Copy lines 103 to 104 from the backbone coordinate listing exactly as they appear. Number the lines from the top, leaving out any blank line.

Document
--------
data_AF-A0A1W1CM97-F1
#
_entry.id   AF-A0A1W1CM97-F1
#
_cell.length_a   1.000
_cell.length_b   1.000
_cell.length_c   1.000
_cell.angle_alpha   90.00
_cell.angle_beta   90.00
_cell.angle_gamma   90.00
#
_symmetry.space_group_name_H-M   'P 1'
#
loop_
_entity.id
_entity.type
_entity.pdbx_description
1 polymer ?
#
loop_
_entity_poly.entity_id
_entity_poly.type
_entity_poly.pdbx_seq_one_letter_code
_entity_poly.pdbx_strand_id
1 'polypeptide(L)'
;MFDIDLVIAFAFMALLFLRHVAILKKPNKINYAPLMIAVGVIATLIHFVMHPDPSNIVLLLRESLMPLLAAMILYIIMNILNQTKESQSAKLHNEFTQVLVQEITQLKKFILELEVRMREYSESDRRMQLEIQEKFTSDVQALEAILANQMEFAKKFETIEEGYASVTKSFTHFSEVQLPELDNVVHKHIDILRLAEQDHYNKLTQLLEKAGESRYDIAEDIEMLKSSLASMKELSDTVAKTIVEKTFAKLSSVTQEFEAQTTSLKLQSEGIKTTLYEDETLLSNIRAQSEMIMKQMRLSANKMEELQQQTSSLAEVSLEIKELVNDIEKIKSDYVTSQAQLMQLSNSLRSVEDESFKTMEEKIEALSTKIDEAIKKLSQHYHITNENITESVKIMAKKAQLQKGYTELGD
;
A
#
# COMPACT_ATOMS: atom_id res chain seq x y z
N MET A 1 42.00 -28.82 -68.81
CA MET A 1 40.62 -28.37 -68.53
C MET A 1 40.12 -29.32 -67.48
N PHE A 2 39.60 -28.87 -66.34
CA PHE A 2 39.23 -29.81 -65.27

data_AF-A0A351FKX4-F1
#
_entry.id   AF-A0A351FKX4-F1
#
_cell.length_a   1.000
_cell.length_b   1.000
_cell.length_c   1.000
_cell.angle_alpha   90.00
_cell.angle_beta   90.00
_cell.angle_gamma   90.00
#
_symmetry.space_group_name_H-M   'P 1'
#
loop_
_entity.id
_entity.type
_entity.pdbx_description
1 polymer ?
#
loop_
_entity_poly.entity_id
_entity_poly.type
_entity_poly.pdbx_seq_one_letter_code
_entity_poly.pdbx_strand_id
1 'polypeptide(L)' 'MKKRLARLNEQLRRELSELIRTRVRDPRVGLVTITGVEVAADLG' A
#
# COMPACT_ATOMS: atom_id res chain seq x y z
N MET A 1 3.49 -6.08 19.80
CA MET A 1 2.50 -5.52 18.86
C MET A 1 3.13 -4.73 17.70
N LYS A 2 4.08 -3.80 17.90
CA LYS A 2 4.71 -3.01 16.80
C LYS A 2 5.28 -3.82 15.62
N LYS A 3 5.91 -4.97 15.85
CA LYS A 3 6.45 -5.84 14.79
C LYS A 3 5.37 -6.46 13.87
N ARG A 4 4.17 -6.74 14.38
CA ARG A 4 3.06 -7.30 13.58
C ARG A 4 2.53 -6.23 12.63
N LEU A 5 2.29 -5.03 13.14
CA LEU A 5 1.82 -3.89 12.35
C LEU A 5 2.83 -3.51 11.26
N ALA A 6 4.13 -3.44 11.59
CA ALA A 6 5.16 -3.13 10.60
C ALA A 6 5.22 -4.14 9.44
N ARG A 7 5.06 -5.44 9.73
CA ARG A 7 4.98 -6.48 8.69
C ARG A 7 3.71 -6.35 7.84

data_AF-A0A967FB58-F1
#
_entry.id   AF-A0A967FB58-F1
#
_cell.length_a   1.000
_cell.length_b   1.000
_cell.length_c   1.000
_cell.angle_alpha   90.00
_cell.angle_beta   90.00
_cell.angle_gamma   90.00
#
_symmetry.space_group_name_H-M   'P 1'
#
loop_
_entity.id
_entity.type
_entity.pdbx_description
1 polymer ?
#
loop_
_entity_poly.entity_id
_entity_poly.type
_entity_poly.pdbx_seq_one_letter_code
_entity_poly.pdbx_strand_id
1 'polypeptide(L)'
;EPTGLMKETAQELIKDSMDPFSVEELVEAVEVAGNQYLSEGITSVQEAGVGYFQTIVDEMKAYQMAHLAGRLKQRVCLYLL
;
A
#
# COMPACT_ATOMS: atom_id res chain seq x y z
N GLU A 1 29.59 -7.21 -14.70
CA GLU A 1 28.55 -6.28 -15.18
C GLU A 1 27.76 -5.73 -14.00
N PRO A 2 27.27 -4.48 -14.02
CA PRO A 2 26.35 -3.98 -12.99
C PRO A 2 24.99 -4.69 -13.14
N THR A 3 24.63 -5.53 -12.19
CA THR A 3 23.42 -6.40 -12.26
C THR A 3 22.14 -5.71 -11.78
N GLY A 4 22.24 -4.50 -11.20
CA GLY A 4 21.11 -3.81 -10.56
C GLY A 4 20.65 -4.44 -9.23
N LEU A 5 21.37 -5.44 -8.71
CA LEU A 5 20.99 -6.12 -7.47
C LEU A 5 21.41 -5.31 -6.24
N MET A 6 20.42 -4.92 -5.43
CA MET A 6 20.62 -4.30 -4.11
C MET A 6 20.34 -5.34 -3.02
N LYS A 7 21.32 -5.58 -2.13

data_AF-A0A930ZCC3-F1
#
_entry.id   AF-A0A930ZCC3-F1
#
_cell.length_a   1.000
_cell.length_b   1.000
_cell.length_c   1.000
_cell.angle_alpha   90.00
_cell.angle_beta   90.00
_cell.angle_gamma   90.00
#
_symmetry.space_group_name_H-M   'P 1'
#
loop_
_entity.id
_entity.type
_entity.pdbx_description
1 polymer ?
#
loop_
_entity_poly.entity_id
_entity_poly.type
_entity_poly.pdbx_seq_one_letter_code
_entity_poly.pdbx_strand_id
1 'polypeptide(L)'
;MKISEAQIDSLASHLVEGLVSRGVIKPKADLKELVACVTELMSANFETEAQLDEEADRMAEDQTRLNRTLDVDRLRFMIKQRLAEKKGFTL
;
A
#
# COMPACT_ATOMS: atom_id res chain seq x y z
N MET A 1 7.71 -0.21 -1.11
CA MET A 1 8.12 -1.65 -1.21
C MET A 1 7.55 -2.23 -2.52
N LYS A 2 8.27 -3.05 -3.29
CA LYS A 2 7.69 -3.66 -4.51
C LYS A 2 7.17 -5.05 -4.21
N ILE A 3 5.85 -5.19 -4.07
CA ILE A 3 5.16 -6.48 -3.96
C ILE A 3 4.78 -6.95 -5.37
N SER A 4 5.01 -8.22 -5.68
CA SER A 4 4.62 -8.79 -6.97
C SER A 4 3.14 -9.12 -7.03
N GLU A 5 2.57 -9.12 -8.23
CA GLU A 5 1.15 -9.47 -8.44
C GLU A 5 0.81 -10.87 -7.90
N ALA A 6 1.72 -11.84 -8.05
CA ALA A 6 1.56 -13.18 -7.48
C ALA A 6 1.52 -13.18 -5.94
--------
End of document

loop_
_entity_poly.entity_id